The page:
17 Sep 2013

MPs say ‘No Go Britain’ must end for disabled people

Access to public transport for disabled people is still unacceptably poor, despite the hoped-for Paralympic legacy, a committee of MPs warns.

Access to transport for disabled people is unacceptably poor, say MPs (Getty)

For followers of No Go Britain, it will not come as a surprise. But perhaps this time it will make more of a difference.

In a new, wide-ranging report, the transport select committee has branded access to transport for disabled people as “unacceptably poor” and said it is essential that the government and the transport operators work harder to improve the situation.

Chair of the committee MP Louise Ellman told Channel 4 News: “The Paralympics were successful particularly in assisting disabled people getting to the games, and improving access to vehicles and trains. But some of the impetus seems to have gone – and we should hold on to that.”

The committee listened to evidence from key disability rights groups and stakeholders and has now submitted its report to the Department for Transport.

This is everybody’s problem. Louise Ellman MP

“I am hopeful, and we may seek a House of Commons debate on this issue,” said Ms Ellman. “I see this as an ongoing campaign, not just one report.”

She also praised No Go Britain for shining a light on some of the difficulties faced by disabled people on a daily basis – from Paralympian Tanni Grey-Thompson being forced to crawl off a train to Sulaiman Khan from Woodford, who said many disabled people are unable to even go to the toilet on flights because they are inaccessible.

“No Go Britain is doing an excellent job. It’s very important that these issues are brought to the public’s attention and not seen as fringe issues. This affects 11.5m people – that’s a very significant section of the population. This is everybody’s problem,” Ms Ellman said.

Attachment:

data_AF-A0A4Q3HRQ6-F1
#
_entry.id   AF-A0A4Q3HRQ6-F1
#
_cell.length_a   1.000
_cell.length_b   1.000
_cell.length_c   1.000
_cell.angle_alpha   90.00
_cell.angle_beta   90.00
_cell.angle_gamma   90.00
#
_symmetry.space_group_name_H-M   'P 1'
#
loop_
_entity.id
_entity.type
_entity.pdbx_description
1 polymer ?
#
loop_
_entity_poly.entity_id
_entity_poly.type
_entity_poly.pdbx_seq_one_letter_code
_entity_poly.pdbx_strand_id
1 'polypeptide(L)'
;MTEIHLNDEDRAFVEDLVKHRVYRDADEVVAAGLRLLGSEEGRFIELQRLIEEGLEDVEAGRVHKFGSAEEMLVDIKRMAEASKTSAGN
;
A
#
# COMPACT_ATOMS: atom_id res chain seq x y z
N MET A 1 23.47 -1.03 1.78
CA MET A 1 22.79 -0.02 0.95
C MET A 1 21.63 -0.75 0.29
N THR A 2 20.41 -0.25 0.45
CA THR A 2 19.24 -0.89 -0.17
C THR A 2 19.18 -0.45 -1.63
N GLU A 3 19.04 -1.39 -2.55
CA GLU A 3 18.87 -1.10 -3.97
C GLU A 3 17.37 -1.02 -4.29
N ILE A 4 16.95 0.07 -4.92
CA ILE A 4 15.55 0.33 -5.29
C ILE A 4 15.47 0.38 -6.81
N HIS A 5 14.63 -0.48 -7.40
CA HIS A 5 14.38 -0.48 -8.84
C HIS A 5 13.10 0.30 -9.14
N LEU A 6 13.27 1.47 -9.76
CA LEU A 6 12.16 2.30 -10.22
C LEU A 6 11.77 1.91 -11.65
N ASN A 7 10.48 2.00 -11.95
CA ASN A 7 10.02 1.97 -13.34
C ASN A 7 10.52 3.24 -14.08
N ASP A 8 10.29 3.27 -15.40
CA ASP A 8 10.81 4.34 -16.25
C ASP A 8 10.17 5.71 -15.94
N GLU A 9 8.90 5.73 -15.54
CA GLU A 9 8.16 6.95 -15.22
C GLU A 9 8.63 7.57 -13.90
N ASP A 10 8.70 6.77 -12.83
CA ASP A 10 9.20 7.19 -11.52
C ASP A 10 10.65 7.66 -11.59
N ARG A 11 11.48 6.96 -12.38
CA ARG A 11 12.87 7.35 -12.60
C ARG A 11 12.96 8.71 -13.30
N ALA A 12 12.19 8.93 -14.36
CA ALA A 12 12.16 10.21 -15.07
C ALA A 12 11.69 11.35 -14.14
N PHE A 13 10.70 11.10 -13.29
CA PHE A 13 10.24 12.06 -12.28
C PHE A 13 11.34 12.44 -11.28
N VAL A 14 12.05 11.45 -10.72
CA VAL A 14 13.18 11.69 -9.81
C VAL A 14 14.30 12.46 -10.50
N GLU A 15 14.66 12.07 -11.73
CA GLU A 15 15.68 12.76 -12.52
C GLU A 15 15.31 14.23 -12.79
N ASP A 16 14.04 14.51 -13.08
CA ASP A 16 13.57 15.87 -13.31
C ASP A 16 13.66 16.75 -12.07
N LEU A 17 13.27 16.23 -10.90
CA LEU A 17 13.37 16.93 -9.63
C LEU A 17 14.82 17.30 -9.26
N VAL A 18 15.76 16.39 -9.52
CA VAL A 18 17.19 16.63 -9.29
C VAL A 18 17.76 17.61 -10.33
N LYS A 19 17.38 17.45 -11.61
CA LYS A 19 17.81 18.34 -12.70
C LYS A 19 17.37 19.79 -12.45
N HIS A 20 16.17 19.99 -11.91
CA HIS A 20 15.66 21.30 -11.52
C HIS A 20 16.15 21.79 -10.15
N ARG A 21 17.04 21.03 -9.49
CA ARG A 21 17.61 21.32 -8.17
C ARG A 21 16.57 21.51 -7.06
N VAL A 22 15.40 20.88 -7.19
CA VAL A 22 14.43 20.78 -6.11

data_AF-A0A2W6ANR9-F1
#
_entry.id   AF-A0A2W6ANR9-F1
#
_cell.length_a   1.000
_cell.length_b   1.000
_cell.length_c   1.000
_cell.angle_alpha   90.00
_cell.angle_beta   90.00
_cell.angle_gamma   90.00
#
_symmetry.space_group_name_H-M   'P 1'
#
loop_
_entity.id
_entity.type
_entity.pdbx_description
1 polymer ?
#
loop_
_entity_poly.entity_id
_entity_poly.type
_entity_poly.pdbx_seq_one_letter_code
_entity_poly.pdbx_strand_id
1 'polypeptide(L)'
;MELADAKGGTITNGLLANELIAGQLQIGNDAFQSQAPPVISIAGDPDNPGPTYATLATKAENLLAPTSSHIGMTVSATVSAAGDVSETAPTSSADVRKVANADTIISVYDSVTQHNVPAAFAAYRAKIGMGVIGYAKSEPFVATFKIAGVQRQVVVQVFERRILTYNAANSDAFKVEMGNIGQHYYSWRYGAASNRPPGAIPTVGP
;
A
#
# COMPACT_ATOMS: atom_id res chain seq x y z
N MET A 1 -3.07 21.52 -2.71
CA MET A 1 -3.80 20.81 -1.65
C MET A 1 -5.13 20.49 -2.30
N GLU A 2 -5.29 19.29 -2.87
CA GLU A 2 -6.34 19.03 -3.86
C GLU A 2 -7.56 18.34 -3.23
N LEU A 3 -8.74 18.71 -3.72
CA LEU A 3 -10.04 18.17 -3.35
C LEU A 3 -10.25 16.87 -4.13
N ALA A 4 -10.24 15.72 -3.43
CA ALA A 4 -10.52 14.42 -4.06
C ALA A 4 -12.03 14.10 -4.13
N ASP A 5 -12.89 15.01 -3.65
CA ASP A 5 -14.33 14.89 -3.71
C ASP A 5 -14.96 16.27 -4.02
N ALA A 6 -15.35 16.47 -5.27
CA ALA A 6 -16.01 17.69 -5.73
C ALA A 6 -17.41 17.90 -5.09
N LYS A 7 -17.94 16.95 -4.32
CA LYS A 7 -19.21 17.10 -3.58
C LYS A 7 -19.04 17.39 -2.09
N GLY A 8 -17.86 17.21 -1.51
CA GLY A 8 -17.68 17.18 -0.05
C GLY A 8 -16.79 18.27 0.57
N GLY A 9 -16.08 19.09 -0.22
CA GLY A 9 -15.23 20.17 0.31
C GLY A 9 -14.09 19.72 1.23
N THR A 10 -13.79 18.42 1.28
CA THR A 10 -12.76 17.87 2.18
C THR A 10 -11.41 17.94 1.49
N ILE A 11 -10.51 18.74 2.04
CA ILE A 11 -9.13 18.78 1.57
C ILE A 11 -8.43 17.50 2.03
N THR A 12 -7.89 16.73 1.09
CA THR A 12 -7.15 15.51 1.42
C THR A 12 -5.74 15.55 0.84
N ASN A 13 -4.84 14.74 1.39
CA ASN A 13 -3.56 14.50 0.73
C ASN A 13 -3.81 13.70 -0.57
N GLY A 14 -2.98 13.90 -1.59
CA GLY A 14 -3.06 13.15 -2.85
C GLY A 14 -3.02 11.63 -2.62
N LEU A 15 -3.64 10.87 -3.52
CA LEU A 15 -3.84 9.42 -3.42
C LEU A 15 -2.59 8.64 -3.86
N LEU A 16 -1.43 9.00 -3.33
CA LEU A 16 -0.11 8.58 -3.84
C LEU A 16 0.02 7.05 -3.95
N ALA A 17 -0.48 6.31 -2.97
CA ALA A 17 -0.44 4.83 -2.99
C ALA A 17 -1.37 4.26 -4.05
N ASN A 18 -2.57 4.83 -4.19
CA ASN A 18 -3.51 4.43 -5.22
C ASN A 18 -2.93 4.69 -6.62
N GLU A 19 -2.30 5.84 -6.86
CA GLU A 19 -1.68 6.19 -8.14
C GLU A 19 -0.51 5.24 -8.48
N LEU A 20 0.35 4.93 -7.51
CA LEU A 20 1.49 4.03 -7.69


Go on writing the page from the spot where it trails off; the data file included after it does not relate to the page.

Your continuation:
The report on access to transport for disabled people recommends:
  • The government properly sticks to and monitors its accessibility action plan
  • Bus drivers should all have basic training in disability awareness – a European requirement the UK opted out of
  • A national public awareness campaign to ensure bus users respect wheelchair spaces
  • Financial incentives for bus companies to provide fully accessible vehicles more quickly – and penalties for those who say they are accessible when they are not
  • In particular, over the next 10 years there should be audio-visual information systems on all buses
  • On the rail network, passengers should not have to book in advance and more investment should be made in accessibility and staffing
  • Taxis also need more financial incentives to deliver fully accessible services and training
  • For air travel, the committee calls for a change in EU rules so airlines must allow carers to travel free of charge if they are needed – and also calls for a change in the rules on compensation when mobility equipment is damaged in transit
  • A new working group focused on accessibility across society.

You can read the full report here.

Guy Parckar, head of policy and campaigns at the charity Leonard Cheshire Disability, said: “As the report states all too often, disabled people find that inaccessible transport prevents them from enjoying the same opportunities as anyone else. It can mean people turning down jobs, missing medical appointments, ending up trapped and unable to get out and about.

“We have seen some change for the better, but we should be looking to make the UK the world leader in access for disabled people. A transport system that really is accessible for everyone must be at the heart of that.”

In a statement, the Department for Transport said: “This government knows how important high quality, accessible public transport is for people with disabilities and we are taking action.

“For example, our £370m Access for All programme is delivering improvements at over 1,000 train stations and we recently announced an additional £100 to carry the work of the scheme forward.

“We thank the committee for its work and will respond to the report and its recommendations in due course.”